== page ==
But this time, I start with discipline and conscientiousness. I make sure I press the pen (or pencil) down to paper. I make efficient, effective numbers or letters. I line things up. I engrave the texture into the paper as well as I can.

I can’t make it as effortless as my father makes it, and generally, even after I do it, if I thumb of the page, the page is as smooth as it was before. But such discipline can attune my mind in so many other ways and help me to understand the concepts with which I once was frustrated. I am big on writing because of this. I extensively write and rewrite class notes and chapters from textbooks when I truly care about preparing for exams because reading alone doesn’t get me to pay attention to every detail.

Recently, I have employed this strategy elsewhere. Not necessarily the handwriting, but the focus on discipline and conscientiousness. I have no doubt that my fencing is still terrible, but I try to be aware.

And recently, I have applied this conscientiousness to even more mundane things. My parents, for example, always advised me not to “inhale” my food. What does that mean? What difference can the method of eating have?

As I’ve become aware of my limited resources, I’ve been more willing to entertain this. After all, I’ve heard that if we eat slowly, then we also will become aware that we are full earlier. I don’t know how much of that is psychosomatic or wishful thinking, but even if “full”ness is in my head, that’s OK with me.

And so I’ve chewed food. Slowly. I’ve made eating into a triumph. I don’t know if it’s really doing anything substantial, but the other day, I did remark that I had really ordered way too much ice cream. At the movies (where I’m already aware of the outrageous snack prices), I was acutely aware that no one but no one needs a large drink (although I began to suspect that maybe we are getting what we pay for).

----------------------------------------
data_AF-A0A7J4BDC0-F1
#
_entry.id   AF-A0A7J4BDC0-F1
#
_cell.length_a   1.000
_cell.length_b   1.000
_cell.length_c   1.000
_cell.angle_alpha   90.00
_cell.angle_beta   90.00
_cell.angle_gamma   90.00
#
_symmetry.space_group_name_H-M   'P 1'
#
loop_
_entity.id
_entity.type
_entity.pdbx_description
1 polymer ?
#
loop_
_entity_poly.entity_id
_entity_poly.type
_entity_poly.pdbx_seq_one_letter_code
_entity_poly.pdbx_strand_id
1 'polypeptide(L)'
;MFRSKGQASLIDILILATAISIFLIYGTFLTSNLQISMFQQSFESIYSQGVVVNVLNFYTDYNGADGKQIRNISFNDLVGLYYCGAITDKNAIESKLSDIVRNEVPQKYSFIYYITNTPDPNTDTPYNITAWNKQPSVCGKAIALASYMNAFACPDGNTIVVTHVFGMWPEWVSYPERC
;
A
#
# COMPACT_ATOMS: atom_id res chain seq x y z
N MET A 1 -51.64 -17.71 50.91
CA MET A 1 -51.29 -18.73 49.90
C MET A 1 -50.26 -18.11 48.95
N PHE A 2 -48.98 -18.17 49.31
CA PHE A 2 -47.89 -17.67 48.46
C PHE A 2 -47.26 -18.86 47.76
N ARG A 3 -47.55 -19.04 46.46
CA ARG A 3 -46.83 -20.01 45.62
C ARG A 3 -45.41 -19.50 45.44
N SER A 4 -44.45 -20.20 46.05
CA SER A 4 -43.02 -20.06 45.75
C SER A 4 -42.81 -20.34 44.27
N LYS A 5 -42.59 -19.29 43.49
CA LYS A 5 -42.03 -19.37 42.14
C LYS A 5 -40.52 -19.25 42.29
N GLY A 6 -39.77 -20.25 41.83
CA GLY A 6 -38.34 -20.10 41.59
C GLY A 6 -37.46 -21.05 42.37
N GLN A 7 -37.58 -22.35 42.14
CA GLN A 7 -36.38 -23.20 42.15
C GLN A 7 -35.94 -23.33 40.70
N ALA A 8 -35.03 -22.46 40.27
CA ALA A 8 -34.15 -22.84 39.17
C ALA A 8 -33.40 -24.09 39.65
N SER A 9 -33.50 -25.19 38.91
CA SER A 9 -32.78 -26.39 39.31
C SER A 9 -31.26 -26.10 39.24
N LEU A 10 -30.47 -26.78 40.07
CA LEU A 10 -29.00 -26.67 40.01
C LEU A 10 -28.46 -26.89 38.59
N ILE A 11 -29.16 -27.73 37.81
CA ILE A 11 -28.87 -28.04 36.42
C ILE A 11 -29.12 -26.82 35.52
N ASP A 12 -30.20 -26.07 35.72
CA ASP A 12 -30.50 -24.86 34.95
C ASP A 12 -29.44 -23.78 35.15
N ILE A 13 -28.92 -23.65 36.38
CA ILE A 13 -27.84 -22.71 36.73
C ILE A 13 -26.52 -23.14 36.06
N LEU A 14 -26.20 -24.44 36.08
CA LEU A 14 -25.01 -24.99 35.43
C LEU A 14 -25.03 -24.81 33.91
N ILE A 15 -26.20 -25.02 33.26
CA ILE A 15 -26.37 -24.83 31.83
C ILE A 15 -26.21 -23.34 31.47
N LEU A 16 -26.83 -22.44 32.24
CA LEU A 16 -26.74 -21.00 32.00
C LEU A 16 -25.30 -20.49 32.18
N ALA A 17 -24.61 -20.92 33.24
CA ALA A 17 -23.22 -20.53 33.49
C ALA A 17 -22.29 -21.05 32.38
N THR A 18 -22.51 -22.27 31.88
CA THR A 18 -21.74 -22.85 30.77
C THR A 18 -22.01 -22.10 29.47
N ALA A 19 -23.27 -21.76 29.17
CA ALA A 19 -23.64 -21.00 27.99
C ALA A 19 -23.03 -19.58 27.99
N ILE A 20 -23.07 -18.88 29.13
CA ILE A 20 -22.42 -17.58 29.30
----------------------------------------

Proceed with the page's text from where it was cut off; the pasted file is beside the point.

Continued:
The additional tragedy was that I’ve so often felt I had to eat everything in one sitting that I understand that whether I order three scoops or two, a large drink or a small, I will be likely to make all portions fit the same limited meal time.

I understand that there’s still more to go. Everything can be done in discipline or sloppiness — it is an attitudinal adjustment. Everything can be a triumph! I understand that in the past, I once was much more disciplined in my speech, but over time, I have foolishly become sloppier. How foolish have I been to speak in acerbic ways as opposed to speaking in well-considered (and considerate) ways? How foolish have I been to speak at all as opposed to listening?

I feel it’s a working goal. I can yet reform myself.

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2 Comments
  1. Sophrosyne permalink

    I love this. I just started a blog to help me focus on discipline and moderation. At work, I’ve noticed that my work is much sloppier than most everyone else’s, and I’d like to change that.

  2. Cool, I read your first blog post from a link at BYU Agnostic’s blog. I really liked the Greek background to the idea of sophrosyne.